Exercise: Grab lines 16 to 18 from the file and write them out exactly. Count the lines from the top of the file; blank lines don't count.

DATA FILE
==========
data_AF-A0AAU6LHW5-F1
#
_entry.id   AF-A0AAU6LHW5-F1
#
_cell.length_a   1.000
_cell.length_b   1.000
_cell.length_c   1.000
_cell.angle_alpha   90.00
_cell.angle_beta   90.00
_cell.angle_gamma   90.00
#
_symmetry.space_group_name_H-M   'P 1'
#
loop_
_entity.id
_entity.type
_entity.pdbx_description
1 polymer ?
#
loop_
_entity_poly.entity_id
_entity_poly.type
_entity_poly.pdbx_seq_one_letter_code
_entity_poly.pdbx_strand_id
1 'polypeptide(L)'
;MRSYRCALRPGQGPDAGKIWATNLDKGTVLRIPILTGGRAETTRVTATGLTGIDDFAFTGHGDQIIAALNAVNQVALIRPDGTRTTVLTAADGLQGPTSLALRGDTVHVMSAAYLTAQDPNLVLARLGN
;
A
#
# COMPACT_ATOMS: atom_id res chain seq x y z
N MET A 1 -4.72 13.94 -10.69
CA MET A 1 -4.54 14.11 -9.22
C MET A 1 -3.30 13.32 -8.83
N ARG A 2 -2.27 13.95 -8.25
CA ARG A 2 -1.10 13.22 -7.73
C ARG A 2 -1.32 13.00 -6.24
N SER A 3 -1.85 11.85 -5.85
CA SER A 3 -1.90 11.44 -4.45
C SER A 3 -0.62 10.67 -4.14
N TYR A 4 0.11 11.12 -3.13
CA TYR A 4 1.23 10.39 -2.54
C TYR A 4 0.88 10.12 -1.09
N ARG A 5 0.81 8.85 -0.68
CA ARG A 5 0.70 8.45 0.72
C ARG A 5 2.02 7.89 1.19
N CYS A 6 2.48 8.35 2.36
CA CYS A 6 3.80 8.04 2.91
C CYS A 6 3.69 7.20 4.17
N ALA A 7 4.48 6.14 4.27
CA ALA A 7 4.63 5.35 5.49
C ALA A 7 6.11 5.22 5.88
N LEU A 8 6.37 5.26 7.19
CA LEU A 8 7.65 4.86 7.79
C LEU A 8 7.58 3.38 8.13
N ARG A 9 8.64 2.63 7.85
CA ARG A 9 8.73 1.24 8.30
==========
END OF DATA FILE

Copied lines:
_entity.type
_entity.pdbx_description
1 polymer ?